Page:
The problem with this view, however, is that Luther — unlike many modern Lutherans — did not believe that the commands given to man in the garden actually threatened him. He did not believe that Adam and Eve felt any pressure to “be saved”, much less that there was the constant pressure of being critiqued, judged, and assessed! For Luther, even though man did have a “relative perfection in creation” (contra Forde) and could progress in the Garden from a lower state to a higher state, this would not have been because they were attempting to gain salvation, that is, attain peace with God. For man already had everything that he needed with his Creator. And good works for the neighbor’s sake were to flow from the peace found in the knowledge and worship of God.

Teleology, or the purpose of our design, is in view here to, as Luther notes: “What advantage is there in knowing how beautiful a creature is man if you are unaware of his purpose, namely, that he was created to worship God and to live eternally with God?” (AE 1, 131)

Sure, if “Lutheran theology” is not in any sense Luther’s theology!: “Christ has set us free from the teleological life, the life that aims at some kind of ideal” (quoted on 324 in TND).

But doesn’t Luther himself, at other times, seem to contradict my thesis? After all, in his Genesis commentary, while discussing the negative effects St. Augustine’s view of the image of God[viii] had in the history of the church, Luther, ever concerned to guard the doctrine of justification, says the following:

“…although I do not condemn or find fault with that effort and those thoughts by which everything is brought into relationship with the Trinity, I am not at all sure that they are very useful, especially when they are subsequently spun out further; for there is also added a discussion concerning free will, which has its origin in that image. This is what they maintain: God is free, therefore since man is created according to the image of God, he also has free memory, mind, and will. In this way many statements are carelessly made, statements that are either not properly expressed or later on are understood in a wicked way. Thus this was the origin of the dangerous opinion that in governing men God permits them to act under their own impulse. From this assertion came many inconvenient ideas. It is similar to the quotation: ‘God, who created you without you will not save you without you.’ From here the conclusion was drawn that free will co-operated as the preceeding and efficient cause of salvation. No different is the assertion of Dionysius, though more dangerous than the former, when he says that although the demons and the human beings fell nevertheless their natural endowments, such as the mind, memory, will, etc., remain unimpaired. But if this is true, it follows that by the powers of his nature man can bring about his own salvation” (60, 61, italics mine).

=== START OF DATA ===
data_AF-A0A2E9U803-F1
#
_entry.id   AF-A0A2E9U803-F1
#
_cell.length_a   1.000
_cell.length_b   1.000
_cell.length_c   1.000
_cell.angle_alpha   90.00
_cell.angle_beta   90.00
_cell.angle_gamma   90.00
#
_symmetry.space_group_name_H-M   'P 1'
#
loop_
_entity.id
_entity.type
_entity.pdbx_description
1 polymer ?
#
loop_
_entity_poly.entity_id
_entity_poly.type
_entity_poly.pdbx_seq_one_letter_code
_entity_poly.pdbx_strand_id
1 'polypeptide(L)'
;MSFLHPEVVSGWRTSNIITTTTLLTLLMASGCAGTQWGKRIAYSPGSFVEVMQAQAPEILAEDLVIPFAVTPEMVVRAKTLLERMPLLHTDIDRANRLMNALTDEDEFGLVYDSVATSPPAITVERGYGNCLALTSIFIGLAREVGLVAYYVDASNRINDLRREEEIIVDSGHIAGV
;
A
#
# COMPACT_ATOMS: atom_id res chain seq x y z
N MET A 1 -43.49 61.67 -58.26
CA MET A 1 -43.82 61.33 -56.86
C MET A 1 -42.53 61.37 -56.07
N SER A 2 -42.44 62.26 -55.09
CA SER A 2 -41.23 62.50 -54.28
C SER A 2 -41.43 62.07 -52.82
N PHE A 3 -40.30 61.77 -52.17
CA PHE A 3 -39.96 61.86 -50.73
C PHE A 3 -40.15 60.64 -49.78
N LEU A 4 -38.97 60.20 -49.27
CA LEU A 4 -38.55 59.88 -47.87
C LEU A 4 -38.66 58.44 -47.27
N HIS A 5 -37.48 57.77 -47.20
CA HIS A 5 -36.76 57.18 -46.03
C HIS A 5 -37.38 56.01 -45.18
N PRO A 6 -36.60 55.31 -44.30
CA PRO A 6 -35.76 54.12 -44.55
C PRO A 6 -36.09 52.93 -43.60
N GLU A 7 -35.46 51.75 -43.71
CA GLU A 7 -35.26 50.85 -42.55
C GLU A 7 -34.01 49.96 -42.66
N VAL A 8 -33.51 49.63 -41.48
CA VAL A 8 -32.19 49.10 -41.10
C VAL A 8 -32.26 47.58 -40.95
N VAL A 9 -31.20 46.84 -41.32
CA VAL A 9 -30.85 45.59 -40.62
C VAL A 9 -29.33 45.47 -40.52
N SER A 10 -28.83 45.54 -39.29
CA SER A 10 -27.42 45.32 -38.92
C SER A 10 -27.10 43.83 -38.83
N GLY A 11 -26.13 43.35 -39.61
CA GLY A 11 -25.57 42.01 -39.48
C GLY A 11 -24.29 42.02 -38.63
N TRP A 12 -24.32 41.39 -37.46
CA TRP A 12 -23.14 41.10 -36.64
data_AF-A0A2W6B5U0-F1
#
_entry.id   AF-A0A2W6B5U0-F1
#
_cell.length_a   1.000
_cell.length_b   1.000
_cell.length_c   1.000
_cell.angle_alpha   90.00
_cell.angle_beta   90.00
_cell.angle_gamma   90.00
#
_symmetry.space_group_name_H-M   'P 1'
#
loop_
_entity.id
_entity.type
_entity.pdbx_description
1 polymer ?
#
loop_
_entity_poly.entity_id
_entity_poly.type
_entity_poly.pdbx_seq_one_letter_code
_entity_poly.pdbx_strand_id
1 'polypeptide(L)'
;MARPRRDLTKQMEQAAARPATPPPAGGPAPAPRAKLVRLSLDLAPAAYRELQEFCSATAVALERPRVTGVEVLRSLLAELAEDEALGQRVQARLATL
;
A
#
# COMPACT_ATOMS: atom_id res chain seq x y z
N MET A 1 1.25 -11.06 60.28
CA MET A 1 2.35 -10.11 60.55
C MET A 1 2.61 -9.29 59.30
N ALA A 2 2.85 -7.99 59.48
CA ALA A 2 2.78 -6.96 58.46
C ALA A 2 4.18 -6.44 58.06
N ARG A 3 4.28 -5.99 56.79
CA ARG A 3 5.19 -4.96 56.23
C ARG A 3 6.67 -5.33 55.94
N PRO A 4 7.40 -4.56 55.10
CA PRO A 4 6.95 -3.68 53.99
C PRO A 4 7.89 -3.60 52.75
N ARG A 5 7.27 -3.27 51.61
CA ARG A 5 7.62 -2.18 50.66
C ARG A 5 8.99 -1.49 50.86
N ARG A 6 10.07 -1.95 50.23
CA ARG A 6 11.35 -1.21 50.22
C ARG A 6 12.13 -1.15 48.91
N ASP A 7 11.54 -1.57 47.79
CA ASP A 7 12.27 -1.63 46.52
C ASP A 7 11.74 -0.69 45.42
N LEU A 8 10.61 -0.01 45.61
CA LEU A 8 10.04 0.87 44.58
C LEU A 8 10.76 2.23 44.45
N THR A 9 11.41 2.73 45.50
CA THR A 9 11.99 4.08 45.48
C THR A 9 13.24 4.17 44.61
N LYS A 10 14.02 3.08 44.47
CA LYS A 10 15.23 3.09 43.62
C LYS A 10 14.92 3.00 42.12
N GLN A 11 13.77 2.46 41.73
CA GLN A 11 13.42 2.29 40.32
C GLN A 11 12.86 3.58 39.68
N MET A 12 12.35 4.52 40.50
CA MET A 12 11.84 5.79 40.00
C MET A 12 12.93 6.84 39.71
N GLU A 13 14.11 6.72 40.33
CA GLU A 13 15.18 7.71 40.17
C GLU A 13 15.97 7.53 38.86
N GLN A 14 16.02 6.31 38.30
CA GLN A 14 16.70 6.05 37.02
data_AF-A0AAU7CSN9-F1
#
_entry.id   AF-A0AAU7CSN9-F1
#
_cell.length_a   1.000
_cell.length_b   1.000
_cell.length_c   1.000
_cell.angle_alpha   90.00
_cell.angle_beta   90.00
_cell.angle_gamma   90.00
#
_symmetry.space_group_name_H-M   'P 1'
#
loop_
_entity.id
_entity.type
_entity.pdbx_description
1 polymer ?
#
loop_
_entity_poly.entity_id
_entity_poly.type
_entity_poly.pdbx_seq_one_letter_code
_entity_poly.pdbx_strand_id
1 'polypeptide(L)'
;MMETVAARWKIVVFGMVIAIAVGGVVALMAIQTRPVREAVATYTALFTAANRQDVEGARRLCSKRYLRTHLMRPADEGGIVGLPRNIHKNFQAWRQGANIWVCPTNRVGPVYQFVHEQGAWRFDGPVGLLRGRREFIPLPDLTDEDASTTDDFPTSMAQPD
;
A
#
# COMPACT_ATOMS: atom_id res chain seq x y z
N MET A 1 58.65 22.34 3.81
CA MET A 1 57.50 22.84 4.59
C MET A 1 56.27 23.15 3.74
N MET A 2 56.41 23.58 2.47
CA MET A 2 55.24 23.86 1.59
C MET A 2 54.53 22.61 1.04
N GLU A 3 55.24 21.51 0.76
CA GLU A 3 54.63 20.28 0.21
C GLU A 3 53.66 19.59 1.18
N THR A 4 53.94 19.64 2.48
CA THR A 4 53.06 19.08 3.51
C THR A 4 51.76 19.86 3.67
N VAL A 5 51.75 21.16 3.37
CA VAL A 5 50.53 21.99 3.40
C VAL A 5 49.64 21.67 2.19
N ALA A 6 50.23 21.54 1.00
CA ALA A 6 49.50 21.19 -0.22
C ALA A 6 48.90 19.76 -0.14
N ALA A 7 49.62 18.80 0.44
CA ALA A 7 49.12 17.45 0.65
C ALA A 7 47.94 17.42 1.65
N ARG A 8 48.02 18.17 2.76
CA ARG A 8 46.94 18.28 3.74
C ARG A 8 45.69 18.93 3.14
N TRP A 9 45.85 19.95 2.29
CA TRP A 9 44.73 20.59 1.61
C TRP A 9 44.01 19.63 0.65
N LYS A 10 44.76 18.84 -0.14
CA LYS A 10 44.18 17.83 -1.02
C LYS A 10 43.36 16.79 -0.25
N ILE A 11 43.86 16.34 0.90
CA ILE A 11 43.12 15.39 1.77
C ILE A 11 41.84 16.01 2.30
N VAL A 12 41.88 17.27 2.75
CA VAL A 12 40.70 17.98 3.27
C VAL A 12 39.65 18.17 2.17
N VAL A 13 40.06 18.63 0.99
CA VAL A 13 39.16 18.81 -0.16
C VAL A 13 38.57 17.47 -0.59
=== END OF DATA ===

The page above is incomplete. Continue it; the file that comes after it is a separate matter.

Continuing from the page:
Hultgren, defending FC VI: “A third use of the law calls the justified to something higher than the first use does; the latter applies to all people, justified or not” (243).

Is Luther saying that even in the Garden of Eden man needed to reach an ideal to be saved? Not at all! Here, Luther is simply concerned about the way that the issue of “free will” has been understood by most in the Western tradition. The idea has developed such that, in his time, even respectable theologians in the church believed that they could be saved by their own efforts apart from grace – by doing what one could.

But everything that Luther writes in his Genesis commentary gives the exact opposite impression — for him, there was no pressure or coercion here! This, I think, can easily be proved (a brief summation and a much more detailed summation). And this is at the root of our controversies about the third use of the law, which is, at bottom, a matter of Christian anthropology.